you were a book,
knocked clean off a nightstand –
spine splayed out, words that gasped,
and I read all your pages on the floor,
Originally Published on One Sentence Poems here
Photo Credit here
poet and author of The Light in the Cave
Your eyes, the color of coffee,
sipped slowly, while reading,
in the morning
*you kissed me*
too much caffeine doused with sugar – it wound me up, it makes me think,
have no idea,
of your power
that bold strength.
Photo Credit here
I followed the concrete path with my face down and fists buried inside the cheap plastic pockets of an oversized raincoat. I’d walked that path a million times. But that day I noticed them all. Numerous small jagged cracks peered up to greet me, and my eyes followed their shadows slipping into the darkness just below. I didn’t just see the darkness but I felt it and my head bobbed up, begging the sky for distraction. The wind ruffled the tops of trees before punching my hood back with an icy blow. It was going to rain – a cold, drenching rain. The kind of cold that burns as it whips at your face. That was the night I ran away at just sixteen.
I met Charles at nineteen. I was his waitress, and I smiled at the way he eloquently spoke. His voice was deep, like a hole you couldn’t quite see inside. He ordered a drink and left a tip, slid it right under the glass. His ‘tip’ was scribbled on a napkin. He suggested I quit and work for him. His number, penned in red, bled straight through to mar the table.
I’d been in my right mind when I’d said yes – all those years ago. He had money to spend and said I was fun to spoil. The money was generations old – old money for a young bride. He was sixty when we married. I was just twenty-five. I’d seen the money as freedom, not just for me, but for Mom. Father was dead and she was granted bail.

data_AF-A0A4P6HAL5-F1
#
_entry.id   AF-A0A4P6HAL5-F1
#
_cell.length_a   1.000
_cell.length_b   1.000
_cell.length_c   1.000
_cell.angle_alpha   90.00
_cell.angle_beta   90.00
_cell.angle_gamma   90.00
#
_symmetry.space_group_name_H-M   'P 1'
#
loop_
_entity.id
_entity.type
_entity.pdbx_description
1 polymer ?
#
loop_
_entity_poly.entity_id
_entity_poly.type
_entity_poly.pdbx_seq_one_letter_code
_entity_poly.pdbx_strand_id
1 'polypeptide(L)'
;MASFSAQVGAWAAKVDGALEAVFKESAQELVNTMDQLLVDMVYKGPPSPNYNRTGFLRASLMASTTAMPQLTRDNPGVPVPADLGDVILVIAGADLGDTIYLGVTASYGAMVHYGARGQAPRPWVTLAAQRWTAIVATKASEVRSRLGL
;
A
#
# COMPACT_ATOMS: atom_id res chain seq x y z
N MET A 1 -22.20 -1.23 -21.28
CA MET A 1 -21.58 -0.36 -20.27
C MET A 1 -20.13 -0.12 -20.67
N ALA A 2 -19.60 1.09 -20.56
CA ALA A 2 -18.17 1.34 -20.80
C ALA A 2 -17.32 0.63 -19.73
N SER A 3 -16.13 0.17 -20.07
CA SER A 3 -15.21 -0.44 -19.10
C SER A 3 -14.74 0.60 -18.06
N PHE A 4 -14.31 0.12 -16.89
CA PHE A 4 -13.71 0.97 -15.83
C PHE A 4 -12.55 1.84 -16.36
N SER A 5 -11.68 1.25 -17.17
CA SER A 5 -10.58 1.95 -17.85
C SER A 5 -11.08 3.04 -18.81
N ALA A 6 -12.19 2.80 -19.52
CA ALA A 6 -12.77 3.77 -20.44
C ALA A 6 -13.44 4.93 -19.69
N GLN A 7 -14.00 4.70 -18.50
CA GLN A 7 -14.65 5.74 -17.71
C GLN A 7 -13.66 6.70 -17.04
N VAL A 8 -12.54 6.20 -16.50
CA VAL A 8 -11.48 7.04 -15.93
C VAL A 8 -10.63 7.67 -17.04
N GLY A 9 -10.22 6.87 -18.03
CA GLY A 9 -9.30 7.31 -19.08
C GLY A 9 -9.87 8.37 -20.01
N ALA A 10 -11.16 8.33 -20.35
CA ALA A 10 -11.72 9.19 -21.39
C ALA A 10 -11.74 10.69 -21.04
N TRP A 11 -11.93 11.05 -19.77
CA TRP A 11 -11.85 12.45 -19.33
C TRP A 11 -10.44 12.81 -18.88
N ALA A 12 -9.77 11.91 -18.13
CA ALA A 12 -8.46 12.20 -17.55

It’s been five years since that day. Is it too late to change my mind? I wonder if I still have one. Charles plans my days, so I don’t have to think and Mom never misses a meal. She’s comfortable in the guest house. She says she’ll stay awhile. Some days I just want to run and fall into any shadow that will hide me. But my life is his under lock and key. He pays the guards well for surveillance. They watch me as I swim in the pool. My wedding ring pulls me down, secure as an anchor in the ocean.
The will states I’ll have it all, but only in the event of his natural death. I think I may die first. He seems rather spry at sixty-five.
I sing a song to pass the time. Time means nothing, and I know my future. My beautiful clothes will stay new in the mirror. He’ll lift his glass high when I call out the numbers on Bingo night. Like Vanna, I’ll smile, my enamel stripped bare, a salacious white. And when the party’s over, I’ll head upstairs for a surprise. His spotty hands will caress my neck, to fasten a diamond choker, a little tighter than the last. And he’ll laugh as I pull my shirt up, off over my head, the light silk catching on diamonds, the snagged collar strangling my neck.